UPDATE (APRIL 13, 2021 6:45 p.m.):
MORGANTOWN, W.Va. – Dr. Diane Gross, an epidemiologist at MCHD said that variants are increasingly concerning because COVID cases in Monongalia CO. and the state are “inching up again”.
We’re trending slightly upwards, and we want to keep that curve flat, we don’t want them to come back. We are starting to see cases not in huge numbers, but the trend is back to increasing a little and increasing a little in hospitalizations as well. At this point, it’s not alarming. It’s a good reminder to us that we have to stay vigilant in our efforts to keep us from getting another spike.Dr. Diane Gross – Epidemiologist, MCHD
Vigilance, Gross said, looks like continuing to wear a mask and follow all COVID guidelines, even if you are vaccinated.
“You need to avoid crowds especially inside poorly ventilated areas,” she said. “You want to keep washing your hands. If you think you might have COVID, if you’re sick go get tested, isolate yourself. And really importantly, get vaccinated.”
There are no longer long waiting lines at vaccine clinics. Everyone in West Virginia 16 and up is eligible to receive inoculation and should take advantage, Gross said.
That’s because variants will continue to pop up until we, as a societal collective, have herd immunity and can stop the virus from replicating.
“But because these variants can occur, we don’t want them, we don’t want new variants to come,” Gross said. “We want to control the ones that are there. We want to stop this virus from spreading and having the potential to develop in more serious ways.”
The county continues to test random samples from COVID-19 tests for COVID variants.
In addition, MCHD looks for cases that may be reinfections, where someone was infected earlier and they have another bout of COVID. Or, cases that have severe disease, or meet some other criteria that’s set out by the state.
For logistical reasons it is not feasible to test every sample from testing sites for variants. This means that MCHD does not have a full grasp of how many variant cases are in the county, but it does know how people can protect themselves.
“We think it’s incredibly important that people stay vigilant,” Gross said. “We’re tired of being in this pandemic. We’re tired of the winter, the spring is here, we have cabin fever, but now is not the time to throw caution into the wind and throw that mask away and go out and party in crowds. We still need to – you can go outside, that’s great, but you still need to wear a mask. Even if you have been vaccinated, wear a mask.”
ORIGINAL (APRIL 12, 2021 1:23 p.m.):
MORGANTOWN, W.Va. – As of April 9, the Monongalia County Health Department is following nearly 200 COVID-19 variants of concern, including more than 32 cases of the United Kingdom (U.K.) variant [B.1.1.7], and 164 cases of the California variant, which has two mutations [B.1.427/B.1.429].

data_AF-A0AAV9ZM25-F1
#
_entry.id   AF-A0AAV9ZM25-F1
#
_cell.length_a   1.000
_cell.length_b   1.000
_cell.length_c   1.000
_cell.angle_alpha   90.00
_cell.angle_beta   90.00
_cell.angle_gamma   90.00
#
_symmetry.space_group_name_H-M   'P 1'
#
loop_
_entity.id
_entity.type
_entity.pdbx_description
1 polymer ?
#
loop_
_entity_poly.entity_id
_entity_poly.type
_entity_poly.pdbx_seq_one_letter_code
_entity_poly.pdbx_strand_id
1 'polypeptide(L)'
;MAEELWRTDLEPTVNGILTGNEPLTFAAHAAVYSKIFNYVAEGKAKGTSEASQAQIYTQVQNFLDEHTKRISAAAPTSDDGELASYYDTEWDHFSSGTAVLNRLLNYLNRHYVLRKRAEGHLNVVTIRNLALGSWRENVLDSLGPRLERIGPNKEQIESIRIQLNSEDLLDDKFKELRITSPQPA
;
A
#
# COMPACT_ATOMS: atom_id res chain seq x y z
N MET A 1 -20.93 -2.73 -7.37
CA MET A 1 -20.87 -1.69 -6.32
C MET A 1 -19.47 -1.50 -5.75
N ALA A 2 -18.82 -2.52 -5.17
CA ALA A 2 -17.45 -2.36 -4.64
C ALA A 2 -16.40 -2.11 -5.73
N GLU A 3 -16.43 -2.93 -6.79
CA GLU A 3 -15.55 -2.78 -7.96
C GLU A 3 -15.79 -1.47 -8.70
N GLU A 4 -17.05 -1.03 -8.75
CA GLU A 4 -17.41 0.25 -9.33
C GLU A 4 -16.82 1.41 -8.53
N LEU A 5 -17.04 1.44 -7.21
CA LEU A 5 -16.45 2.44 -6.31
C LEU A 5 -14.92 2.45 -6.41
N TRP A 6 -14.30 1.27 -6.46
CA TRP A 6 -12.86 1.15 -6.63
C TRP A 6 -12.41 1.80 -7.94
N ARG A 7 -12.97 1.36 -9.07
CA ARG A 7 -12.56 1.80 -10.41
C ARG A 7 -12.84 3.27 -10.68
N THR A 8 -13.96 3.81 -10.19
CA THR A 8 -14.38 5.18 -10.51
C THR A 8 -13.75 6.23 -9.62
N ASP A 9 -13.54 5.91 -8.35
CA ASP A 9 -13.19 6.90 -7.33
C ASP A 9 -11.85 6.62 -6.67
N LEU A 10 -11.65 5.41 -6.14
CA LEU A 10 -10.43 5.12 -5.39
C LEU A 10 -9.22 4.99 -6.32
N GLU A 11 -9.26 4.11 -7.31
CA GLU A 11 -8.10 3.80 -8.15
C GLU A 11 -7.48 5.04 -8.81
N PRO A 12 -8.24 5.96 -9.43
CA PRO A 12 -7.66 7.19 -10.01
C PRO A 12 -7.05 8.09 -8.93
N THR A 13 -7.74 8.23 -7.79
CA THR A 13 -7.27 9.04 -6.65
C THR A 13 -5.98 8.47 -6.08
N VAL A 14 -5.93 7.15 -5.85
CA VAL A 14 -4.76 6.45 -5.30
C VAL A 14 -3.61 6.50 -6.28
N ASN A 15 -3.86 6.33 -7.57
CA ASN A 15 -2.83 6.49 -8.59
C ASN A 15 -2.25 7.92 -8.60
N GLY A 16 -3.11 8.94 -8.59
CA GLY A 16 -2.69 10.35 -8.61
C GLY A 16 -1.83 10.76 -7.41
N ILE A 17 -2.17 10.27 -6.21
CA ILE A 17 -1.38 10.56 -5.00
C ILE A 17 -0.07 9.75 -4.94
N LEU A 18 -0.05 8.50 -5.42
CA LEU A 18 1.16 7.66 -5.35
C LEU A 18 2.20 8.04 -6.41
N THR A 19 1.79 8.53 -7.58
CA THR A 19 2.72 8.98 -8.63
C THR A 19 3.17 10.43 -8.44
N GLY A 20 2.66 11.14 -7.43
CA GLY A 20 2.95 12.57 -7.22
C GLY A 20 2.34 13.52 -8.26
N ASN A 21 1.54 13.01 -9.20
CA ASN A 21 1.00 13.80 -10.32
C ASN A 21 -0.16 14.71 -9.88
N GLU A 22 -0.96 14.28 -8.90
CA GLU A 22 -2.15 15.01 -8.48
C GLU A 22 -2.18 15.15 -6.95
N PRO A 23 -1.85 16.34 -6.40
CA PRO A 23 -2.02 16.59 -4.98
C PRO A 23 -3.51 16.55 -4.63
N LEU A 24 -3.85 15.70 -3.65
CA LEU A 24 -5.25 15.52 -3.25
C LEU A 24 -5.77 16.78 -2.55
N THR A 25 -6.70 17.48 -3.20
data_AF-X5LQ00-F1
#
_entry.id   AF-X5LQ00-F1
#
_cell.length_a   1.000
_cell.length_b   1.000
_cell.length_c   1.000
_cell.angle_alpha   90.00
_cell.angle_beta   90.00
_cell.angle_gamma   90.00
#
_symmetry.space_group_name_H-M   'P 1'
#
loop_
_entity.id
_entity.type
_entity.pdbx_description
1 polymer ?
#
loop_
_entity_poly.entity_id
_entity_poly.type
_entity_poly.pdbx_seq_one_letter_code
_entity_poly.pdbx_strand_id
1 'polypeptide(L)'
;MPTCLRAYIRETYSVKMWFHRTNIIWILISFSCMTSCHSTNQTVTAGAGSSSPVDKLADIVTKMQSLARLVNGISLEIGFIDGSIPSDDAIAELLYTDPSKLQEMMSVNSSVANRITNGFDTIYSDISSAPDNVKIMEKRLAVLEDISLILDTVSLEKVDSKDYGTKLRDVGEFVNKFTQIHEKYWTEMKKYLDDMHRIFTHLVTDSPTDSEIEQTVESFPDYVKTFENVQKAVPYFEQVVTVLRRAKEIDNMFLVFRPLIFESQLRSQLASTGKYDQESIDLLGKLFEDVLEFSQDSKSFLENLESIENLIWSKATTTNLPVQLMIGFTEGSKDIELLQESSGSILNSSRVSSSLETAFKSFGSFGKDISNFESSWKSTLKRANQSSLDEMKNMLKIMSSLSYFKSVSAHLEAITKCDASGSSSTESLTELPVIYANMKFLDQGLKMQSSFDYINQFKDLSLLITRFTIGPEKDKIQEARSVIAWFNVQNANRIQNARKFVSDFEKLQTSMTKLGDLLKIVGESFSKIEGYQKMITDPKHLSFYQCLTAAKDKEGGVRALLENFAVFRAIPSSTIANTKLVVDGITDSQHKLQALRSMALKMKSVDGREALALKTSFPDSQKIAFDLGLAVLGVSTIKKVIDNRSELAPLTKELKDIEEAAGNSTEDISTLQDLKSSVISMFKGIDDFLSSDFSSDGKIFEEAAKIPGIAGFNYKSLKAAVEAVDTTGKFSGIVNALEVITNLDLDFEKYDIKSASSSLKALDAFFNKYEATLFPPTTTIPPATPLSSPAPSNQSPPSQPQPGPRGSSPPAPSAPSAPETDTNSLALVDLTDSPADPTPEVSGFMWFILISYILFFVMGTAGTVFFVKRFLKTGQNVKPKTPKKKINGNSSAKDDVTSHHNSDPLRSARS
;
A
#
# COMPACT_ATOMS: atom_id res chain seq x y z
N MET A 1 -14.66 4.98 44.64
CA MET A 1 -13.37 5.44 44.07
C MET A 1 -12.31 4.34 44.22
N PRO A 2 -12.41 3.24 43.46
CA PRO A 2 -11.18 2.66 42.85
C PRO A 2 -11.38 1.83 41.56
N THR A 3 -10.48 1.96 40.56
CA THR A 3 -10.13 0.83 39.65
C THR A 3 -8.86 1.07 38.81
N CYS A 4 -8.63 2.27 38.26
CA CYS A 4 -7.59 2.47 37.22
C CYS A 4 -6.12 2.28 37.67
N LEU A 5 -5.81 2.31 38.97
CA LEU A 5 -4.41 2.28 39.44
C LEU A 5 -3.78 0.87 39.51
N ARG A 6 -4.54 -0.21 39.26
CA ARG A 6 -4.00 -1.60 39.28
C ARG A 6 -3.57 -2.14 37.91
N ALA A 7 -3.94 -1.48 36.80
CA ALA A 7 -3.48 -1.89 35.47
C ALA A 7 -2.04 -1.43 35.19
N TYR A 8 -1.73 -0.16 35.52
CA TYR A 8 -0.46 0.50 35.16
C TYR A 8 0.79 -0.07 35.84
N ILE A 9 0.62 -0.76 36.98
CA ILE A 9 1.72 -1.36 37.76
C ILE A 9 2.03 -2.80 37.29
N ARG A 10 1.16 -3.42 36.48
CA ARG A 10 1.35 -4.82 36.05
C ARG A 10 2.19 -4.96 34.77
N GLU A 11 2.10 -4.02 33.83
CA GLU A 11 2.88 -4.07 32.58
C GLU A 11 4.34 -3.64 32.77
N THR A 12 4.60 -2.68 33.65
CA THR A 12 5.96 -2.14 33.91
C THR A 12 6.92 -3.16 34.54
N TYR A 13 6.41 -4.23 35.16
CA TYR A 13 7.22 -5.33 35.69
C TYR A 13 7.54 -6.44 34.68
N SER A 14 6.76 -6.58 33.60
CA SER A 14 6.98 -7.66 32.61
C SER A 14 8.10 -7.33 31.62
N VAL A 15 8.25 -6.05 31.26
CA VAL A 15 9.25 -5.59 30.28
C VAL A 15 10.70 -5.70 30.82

According to a press release, 90% of West Virginia’s California variant cases are in Monongalia County, while one-third of the state’s U.K variant cases are there.
“These variants of concern are both more infectious, and the U.K. variant is associated with an increased risk of death,” said Dr. Lee B. Smith, MCHD executive director and county health officer.
“These mutations occur on the outside of the virus and change the way they adhere to human cells, but do not change how the virus behaves. This means the illness looks the same but may be more severe,” he added.
However, scientists do not yet fully know how the California variant will impact people, the health department explained.
“What is clear is that we are seeing infections in children down to age 6,” Smith said. “Unfortunately, this is just a partial snapshot, as we are only doing a small number of genetic tests, including those who are now experiencing a second COVID-19 infection, those with infection following vaccination, and other random samples.”
That means health officials do not know the extent of these infections in the community, the release states.
“However, we do know that the number of infections is increasing quickly,” Smith said. “Vaccination helps reduce risk of infection, severity of illness, chance of hospitalization and possibility of death from COVID-19.”
As of April 9, about 60,000 COVID-19 vaccines had been administered by the Monongalia County Health Department, as well as at the Greater Monongalia County COVID-19 Vaccine Clinic at the old Sears building at the Morgantown Mall, according to the release. That includes 37,326 first doses and 22,544 second doses.